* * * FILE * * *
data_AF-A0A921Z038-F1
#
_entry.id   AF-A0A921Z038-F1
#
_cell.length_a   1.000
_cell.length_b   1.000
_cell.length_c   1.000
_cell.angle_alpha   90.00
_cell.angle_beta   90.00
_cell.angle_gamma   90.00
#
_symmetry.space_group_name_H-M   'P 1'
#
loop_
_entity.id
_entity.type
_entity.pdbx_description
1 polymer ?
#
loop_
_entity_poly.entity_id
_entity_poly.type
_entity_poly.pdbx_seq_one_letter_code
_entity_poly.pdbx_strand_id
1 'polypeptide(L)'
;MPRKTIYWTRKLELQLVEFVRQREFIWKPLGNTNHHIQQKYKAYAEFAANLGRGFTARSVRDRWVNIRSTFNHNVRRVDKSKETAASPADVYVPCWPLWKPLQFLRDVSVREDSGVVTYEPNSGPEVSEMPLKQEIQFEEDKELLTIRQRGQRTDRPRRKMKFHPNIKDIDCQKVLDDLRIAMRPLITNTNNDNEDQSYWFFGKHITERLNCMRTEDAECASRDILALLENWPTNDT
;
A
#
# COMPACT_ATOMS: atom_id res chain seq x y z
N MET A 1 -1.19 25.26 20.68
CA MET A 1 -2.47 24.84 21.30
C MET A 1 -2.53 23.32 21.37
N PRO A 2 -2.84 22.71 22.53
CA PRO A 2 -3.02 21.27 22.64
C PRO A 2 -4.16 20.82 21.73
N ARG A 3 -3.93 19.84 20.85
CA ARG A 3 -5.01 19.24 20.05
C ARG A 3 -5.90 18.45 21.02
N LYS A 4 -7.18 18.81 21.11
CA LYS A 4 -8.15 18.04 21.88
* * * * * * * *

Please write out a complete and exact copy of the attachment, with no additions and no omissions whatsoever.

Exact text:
data_AF-A0A921Z038-F1
#
_entry.id   AF-A0A921Z038-F1
#
_cell.length_a   1.000
_cell.length_b   1.000
_cell.length_c   1.000
_cell.angle_alpha   90.00
_cell.angle_beta   90.00
_cell.angle_gamma   90.00
#
_symmetry.space_group_name_H-M   'P 1'
#
loop_
_entity.id
_entity.type
_entity.pdbx_description
1 polymer ?
#
loop_
_entity_poly.entity_id
_entity_poly.type
_entity_poly.pdbx_seq_one_letter_code
_entity_poly.pdbx_strand_id
1 'polypeptide(L)'
;MPRKTIYWTRKLELQLVEFVRQREFIWKPLGNTNHHIQQKYKAYAEFAANLGRGFTARSVRDRWVNIRSTFNHNVRRVDKSKETAASPADVYVPCWPLWKPLQFLRDVSVREDSGVVTYEPNSGPEVSEMPLKQEIQFEEDKELLTIRQRGQRTDRPRRKMKFHPNIKDIDCQKVLDDLRIAMRPLITNTNNDNEDQSYWFFGKHITERLNCMRTEDAECASRDILALLENWPTNDT
;
A
#
# COMPACT_ATOMS: atom_id res chain seq x y z
N MET A 1 -1.19 25.26 20.68
CA MET A 1 -2.47 24.84 21.30
C MET A 1 -2.53 23.32 21.37
N PRO A 2 -2.84 22.71 22.53
CA PRO A 2 -3.02 21.27 22.64
C PRO A 2 -4.16 20.82 21.73
N ARG A 3 -3.93 19.84 20.85
CA ARG A 3 -5.01 19.24 20.05
C ARG A 3 -5.90 18.45 21.02
N LYS A 4 -7.18 18.81 21.11
CA LYS A 4 -8.15 18.04 21.88